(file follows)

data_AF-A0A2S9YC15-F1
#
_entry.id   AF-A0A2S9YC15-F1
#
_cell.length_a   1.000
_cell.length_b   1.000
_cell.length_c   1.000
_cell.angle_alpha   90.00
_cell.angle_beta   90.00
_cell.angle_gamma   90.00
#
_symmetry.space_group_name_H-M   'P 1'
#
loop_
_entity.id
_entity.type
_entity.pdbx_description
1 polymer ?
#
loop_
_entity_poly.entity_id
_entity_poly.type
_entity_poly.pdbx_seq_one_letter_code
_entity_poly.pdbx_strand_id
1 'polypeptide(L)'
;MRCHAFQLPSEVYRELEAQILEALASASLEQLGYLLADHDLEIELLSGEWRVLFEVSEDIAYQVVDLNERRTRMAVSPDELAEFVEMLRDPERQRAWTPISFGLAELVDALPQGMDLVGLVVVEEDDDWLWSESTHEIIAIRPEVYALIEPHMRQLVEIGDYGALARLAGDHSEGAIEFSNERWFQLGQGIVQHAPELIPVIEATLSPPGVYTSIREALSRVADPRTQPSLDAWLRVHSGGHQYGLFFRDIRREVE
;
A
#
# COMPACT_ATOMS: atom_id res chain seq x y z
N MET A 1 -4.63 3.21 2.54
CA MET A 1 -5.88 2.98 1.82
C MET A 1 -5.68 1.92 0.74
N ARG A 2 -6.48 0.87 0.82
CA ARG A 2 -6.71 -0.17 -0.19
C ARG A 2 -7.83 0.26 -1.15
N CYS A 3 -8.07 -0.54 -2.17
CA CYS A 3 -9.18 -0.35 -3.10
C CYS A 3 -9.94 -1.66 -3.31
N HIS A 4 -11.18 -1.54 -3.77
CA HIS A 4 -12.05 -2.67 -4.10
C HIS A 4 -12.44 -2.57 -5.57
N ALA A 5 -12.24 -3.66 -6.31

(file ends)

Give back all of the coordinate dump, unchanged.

data_AF-A0A2S9YC15-F1
#
_entry.id   AF-A0A2S9YC15-F1
#
_cell.length_a   1.000
_cell.length_b   1.000
_cell.length_c   1.000
_cell.angle_alpha   90.00
_cell.angle_beta   90.00
_cell.angle_gamma   90.00
#
_symmetry.space_group_name_H-M   'P 1'
#
loop_
_entity.id
_entity.type
_entity.pdbx_description
1 polymer ?
#
loop_
_entity_poly.entity_id
_entity_poly.type
_entity_poly.pdbx_seq_one_letter_code
_entity_poly.pdbx_strand_id
1 'polypeptide(L)'
;MRCHAFQLPSEVYRELEAQILEALASASLEQLGYLLADHDLEIELLSGEWRVLFEVSEDIAYQVVDLNERRTRMAVSPDELAEFVEMLRDPERQRAWTPISFGLAELVDALPQGMDLVGLVVVEEDDDWLWSESTHEIIAIRPEVYALIEPHMRQLVEIGDYGALARLAGDHSEGAIEFSNERWFQLGQGIVQHAPELIPVIEATLSPPGVYTSIREALSRVADPRTQPSLDAWLRVHSGGHQYGLFFRDIRREVE
;
A
#
# COMPACT_ATOMS: atom_id res chain seq x y z
N MET A 1 -4.63 3.21 2.54
CA MET A 1 -5.88 2.98 1.82
C MET A 1 -5.68 1.92 0.74
N ARG A 2 -6.48 0.87 0.82
CA ARG A 2 -6.71 -0.17 -0.19
C ARG A 2 -7.83 0.26 -1.15
N CYS A 3 -8.07 -0.54 -2.17
CA CYS A 3 -9.18 -0.35 -3.10
C CYS A 3 -9.94 -1.66 -3.31
N HIS A 4 -11.18 -1.54 -3.77
CA HIS A 4 -12.05 -2.67 -4.10
C HIS A 4 -12.44 -2.57 -5.57
N ALA A 5 -12.24 -3.66 -6.31